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At the heart of general practice since 1960

Screening on its knees

When the Government first decided to screen for chlamydia, it was heavily influenced by the impressive results of a GP pilot in Portsmouth. It was widely assumed GPs would be handed a lead role in the new programme – along with the necessary resources to do the job. Instead, ministers convinced themselves they could do without general practice. It is safe to say they will be regretting that decision now.

Chlamydia screening has staggered and stumbled since its launch in 2001, but a new NHS evaluation makes clear it is now on its knees. Uptake has lagged far behind the minimum required to have 'any appreciable effect' on chlamydia prevalence or complication rates. And there is no good evidence that screening has been cost-effective.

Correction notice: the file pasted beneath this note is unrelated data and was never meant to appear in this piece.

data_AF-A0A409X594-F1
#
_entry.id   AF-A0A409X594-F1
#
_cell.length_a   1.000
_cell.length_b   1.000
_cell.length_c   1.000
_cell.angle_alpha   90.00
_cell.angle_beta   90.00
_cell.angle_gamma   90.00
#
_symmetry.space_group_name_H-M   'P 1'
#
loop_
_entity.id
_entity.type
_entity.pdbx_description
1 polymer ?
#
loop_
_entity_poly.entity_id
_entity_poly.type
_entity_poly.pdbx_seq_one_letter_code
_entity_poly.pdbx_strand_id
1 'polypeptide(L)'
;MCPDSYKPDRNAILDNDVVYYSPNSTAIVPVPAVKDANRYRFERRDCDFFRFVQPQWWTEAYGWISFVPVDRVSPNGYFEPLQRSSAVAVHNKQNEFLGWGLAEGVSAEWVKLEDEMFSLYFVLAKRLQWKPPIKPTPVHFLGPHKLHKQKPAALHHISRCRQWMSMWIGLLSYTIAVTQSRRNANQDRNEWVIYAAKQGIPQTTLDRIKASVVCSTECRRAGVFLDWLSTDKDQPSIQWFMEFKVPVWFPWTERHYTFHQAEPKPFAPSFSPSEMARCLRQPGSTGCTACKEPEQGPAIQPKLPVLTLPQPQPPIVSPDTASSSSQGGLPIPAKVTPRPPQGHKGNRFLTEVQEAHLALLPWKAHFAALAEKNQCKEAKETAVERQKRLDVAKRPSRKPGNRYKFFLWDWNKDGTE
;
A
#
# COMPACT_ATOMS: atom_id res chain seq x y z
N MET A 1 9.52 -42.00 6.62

So now they need GPs

The report highlights the folly of the Government's original decision to sideline GPs. It points out that only in Portsmouth has screening ever achieved the minimum necessary uptake of 50 per cent. And it recommends that GPs and practice nurses be drafted in to save the programme from becoming an embarrassing damp squib.

GPs will be willing enough to do so, in principle at least. But a lot has changed since 2001. With practices already burdened with everything from obesity to chronic kidney disease, another new tranche of work will be viewed with some trepidation. The Government needs to get GPs on board on chlamydia screening, but it will only be able to do so with significant resources.

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